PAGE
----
So now you know what Hicky makes of it, here’s what our tech guru Neil made of the HP4 during the model’s technical launch near Munich…
Unfortunately, a couple of obstacles lay between the HP4 Race and a mantelpiece full of competition trophies for the Bavarians. First of all, BMW have decided not to homologate the HP4 Race for road use, which means that we can’t fairly compare it to other road-legal litre sports bikes. This also means that well-heeled privateer racers won’t be allowed to campaign the bike in most production bike race classes.
Secondly, membership of the HP4 Race ‘owner’s club’ is limited to 750 members and club entry costs a cool £68,000. The bike’s eyewatering cost explains why BMW haven’t submitted the bike for homologation – FIM rules stipulate that production road bikes must cost less than €33,000 (£28,700) to qualify for WSBk. As BMW believe it somewhat unfair to sell bikes at a loss to duck under this rule, the other manufacturers on the grid can breathe easy, for now… Statement of intent If the BMW team were clear about anything at the bike’s technical launch, it was that the HP4 Race represents a ‘statement of intent’ from the German bike maker: BMW Motorad intend to prove that carbon fibre is at least as safe and robust as traditional materials like aluminium and steel. And despite being 34% lighter than the S 1000 RR’s aluminium frame, BMW assert that the special manufacturing techniques developed for the HP4 Race’s carbon fibre chassis make the bike easier than the globally praised S 1000 RR to ride fast. BMW believe the elimination of variables in the manufacture of the HP4 Race’s structural carbon fibre components have not only allowed them to produce an incredibly light and strong bike, but also a commercially viable one.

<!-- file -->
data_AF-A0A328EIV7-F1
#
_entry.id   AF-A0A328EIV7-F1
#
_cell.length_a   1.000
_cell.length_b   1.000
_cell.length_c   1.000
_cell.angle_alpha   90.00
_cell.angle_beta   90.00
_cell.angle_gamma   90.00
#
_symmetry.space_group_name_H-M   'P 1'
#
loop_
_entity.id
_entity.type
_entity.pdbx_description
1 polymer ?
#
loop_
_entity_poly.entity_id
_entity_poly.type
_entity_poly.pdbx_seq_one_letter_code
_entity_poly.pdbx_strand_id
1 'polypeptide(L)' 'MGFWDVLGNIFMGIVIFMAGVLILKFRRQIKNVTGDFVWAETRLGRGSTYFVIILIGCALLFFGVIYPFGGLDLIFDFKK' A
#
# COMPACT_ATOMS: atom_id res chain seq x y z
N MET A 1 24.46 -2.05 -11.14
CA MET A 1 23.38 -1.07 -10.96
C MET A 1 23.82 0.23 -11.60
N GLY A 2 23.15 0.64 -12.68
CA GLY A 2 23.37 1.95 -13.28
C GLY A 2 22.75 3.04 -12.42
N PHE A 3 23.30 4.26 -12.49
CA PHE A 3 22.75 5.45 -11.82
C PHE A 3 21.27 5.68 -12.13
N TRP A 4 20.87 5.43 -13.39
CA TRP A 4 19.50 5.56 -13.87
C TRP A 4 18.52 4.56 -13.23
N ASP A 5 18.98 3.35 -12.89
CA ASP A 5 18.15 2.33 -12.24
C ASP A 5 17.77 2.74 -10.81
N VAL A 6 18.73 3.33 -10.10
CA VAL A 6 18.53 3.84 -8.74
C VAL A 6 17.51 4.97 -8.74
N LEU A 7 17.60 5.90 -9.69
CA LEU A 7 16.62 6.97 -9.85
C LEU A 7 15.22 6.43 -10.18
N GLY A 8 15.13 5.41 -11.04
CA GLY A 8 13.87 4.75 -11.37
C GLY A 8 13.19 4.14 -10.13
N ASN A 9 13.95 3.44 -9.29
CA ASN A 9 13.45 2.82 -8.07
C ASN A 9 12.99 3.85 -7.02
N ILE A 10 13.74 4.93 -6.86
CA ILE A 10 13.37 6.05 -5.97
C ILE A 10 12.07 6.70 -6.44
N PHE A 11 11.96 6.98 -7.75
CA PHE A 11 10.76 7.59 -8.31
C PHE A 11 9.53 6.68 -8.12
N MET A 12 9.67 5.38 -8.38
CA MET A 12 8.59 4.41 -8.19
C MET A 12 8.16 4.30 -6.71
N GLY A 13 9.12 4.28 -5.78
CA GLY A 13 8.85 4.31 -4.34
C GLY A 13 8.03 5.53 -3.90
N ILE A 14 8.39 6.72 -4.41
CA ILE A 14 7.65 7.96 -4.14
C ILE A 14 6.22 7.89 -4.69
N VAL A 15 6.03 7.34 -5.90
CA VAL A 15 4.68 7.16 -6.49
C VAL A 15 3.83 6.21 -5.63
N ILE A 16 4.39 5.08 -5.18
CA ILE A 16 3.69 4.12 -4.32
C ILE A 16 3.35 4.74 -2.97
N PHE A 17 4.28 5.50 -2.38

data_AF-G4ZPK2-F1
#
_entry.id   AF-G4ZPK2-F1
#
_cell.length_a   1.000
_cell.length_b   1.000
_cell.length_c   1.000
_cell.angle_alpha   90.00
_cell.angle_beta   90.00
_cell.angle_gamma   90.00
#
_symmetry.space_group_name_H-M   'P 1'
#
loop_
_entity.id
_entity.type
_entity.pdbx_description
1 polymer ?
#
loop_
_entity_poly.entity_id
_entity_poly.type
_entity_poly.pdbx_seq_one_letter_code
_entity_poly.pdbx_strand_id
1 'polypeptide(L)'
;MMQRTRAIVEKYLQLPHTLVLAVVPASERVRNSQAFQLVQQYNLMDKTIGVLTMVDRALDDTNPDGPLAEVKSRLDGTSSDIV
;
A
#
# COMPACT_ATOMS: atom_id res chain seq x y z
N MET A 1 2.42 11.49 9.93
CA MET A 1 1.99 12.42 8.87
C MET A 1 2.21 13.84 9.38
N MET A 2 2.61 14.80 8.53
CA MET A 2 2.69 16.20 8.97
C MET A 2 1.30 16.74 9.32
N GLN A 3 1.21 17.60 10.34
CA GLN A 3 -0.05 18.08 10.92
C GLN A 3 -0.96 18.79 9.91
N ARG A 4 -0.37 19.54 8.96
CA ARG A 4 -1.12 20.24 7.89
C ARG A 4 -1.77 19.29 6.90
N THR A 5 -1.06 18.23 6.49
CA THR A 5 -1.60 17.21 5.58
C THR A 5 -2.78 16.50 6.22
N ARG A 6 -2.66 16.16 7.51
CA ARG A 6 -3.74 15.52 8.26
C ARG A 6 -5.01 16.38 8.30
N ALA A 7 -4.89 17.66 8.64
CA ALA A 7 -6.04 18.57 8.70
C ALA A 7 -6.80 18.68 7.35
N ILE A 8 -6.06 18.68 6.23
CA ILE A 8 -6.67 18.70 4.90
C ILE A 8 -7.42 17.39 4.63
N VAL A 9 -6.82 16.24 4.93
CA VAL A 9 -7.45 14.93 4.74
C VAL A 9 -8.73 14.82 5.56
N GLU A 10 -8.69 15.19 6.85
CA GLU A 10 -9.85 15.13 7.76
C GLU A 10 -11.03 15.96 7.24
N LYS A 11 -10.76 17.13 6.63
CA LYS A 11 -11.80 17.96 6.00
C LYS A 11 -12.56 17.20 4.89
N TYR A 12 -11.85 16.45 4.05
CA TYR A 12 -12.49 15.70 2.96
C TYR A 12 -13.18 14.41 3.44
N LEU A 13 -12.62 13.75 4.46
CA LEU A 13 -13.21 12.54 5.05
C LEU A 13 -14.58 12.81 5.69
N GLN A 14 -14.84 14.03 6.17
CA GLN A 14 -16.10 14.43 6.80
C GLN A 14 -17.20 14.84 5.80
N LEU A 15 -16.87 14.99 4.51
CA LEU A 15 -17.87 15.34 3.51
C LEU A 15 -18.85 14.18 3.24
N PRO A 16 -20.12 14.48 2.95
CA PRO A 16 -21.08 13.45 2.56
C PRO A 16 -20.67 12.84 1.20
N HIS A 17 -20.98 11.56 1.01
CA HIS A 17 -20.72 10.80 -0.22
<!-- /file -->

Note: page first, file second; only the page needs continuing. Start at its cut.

Developed in partnership with carbon fibre specialists SGL, BMW’s fully automated Resin Transfer Moulding (RTM) process has reduced manufacturing time for a structure with the size and complexity of a bike frame from around 20 ‘man-days’ to just two ‘robot’ hours. The project’s carbon fibre advanced development engineer and ex-Formula 1 carbon fibre specialist Elmar Jaeger insisted that these mass production techniques have also enabled BMW to build a carbon fibre chassis with equal or superior rider feel to one made from aluminium or steel. Mass production The Resin Transfer Moulding process consists of loading a fully automated mould of the HP4 R’s frame with pre-formed carbon fibre sections and various aluminium lugs and bosses. The mould then clamps shut and resin is injected into it. An hour later, a fully formed carbon fibre bike frame is ready to have its aluminium engine and swingarm mounting bosses machined in yet another fully automated process.
According to Herr Jaeger, an all in one ‘monocoque’ carbon fibre perimeter frame produced like this gives superior rider feedback to an aluminium frame. Interfaces like welds and joints between frame sections that can interfere with chassis feedback to the rider have been eliminated. Along with tight quality control standards that come along with automation, the BMW project team believe the HP4 R is going to be the first carbon fibre race bike with chassis feedback that will be instantly familiar to riders and racers.
Automating the process means that each frame, wheel or mounting bracket can have identical properties to the next, so unlike a carbon fibre frame that has been made by the hand lay-up method – manually laying one layer of carbon weave over the other – each HP4 R
You can own this for just £68k. BMW has created a thing of beauty.